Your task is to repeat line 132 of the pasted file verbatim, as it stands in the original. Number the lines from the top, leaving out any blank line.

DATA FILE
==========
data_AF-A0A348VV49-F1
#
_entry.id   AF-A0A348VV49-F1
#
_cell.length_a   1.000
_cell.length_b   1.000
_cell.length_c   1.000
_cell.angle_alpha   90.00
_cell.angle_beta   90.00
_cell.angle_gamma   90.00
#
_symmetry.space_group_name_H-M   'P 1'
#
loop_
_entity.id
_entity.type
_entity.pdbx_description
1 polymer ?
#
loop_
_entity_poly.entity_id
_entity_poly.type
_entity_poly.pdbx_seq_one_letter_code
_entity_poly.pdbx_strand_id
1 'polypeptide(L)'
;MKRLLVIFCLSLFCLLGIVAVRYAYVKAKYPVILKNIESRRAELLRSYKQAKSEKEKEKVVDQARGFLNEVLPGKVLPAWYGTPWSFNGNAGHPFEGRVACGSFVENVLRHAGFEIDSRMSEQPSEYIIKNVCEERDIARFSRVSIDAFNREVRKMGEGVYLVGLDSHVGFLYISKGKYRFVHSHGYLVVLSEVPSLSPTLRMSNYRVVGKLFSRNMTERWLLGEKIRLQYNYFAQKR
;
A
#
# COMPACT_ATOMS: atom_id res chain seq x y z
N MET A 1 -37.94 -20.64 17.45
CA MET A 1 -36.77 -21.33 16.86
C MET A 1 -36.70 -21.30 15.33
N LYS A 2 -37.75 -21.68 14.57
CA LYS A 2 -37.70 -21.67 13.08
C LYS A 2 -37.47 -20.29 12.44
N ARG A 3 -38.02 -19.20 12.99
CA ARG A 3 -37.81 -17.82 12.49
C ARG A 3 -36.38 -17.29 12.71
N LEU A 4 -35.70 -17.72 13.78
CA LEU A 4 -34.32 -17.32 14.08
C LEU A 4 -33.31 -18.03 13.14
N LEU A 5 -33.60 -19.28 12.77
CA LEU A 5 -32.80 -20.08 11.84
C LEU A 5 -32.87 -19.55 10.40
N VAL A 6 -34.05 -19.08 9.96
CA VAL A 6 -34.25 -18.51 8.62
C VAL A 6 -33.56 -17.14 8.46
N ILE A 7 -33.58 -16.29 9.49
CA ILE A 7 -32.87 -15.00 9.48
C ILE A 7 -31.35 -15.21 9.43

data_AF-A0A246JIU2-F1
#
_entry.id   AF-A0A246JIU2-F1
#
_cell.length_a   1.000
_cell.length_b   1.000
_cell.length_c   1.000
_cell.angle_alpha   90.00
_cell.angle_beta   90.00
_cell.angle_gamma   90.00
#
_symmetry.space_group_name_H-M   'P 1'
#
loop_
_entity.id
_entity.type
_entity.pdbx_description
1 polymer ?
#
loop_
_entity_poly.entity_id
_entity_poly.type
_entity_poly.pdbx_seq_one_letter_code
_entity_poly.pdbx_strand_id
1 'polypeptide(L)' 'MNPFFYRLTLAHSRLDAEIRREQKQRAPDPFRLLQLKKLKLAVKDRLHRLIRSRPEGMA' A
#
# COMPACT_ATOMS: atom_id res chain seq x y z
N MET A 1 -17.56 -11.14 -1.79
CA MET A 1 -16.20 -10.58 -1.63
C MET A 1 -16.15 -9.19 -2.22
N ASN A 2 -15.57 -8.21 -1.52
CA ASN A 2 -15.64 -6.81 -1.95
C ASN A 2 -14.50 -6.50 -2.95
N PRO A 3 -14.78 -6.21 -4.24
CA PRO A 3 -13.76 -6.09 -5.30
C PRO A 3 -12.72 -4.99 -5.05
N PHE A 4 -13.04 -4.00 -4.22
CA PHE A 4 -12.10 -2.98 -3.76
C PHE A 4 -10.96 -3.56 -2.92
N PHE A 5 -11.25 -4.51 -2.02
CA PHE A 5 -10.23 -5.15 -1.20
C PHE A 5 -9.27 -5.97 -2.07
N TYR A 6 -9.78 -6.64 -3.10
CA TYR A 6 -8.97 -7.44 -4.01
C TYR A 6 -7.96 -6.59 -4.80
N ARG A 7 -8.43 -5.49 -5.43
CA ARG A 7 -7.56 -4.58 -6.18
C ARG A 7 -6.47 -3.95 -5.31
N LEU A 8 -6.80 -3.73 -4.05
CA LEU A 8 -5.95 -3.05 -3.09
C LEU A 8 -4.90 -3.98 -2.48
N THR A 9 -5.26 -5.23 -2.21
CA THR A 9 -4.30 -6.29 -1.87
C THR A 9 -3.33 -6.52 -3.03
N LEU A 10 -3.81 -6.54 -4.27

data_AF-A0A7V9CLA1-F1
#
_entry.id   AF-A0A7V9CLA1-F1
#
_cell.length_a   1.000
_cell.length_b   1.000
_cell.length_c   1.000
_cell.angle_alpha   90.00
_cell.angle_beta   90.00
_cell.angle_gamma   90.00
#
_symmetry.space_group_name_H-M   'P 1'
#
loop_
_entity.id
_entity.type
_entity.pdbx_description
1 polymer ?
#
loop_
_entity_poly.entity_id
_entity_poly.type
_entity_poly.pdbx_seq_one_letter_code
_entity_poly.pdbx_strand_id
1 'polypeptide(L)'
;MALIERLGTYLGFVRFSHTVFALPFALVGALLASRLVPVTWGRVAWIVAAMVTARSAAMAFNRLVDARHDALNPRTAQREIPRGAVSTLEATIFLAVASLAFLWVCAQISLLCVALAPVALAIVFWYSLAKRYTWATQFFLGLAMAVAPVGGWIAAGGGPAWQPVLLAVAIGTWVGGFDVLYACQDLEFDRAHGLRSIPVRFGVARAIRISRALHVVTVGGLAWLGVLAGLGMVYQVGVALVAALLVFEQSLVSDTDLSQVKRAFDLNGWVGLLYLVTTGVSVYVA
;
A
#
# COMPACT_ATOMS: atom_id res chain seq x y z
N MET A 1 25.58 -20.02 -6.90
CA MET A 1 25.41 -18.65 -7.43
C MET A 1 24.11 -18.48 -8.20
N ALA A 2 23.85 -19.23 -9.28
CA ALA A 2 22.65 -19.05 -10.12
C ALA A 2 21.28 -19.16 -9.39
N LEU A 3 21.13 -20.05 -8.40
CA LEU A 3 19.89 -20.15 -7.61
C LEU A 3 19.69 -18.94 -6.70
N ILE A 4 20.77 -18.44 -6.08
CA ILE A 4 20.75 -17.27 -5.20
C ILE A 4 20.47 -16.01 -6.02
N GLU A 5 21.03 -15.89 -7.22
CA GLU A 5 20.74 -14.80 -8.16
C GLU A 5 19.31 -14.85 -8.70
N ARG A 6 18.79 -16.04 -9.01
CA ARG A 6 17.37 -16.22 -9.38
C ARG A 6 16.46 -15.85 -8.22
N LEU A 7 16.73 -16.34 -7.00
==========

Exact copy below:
;MALIERLGTYLGFVRFSHTVFALPFALVGALLASRLVPVTWGRVAWIVAAMVTARSAAMAFNRLVDARHDALNPRTAQREIPRGAVSTLEATIFLAVASLAFLWVCAQISLLCVALAPVALAIVFWYSLAKRYTWATQFFLGLAMAVAPVGGWIAAGGGPAWQPVLLAVAIGTWVGGFDVLYACQDLEFDRAHGLRSIPVRFGVARAIRISRALHVVTVGGLAWLGVLAGLGMVYQVGVALVAALLVFEQSLVSDTDLSQVKRAFDLNGWVGLLYLVTTGVSVYVA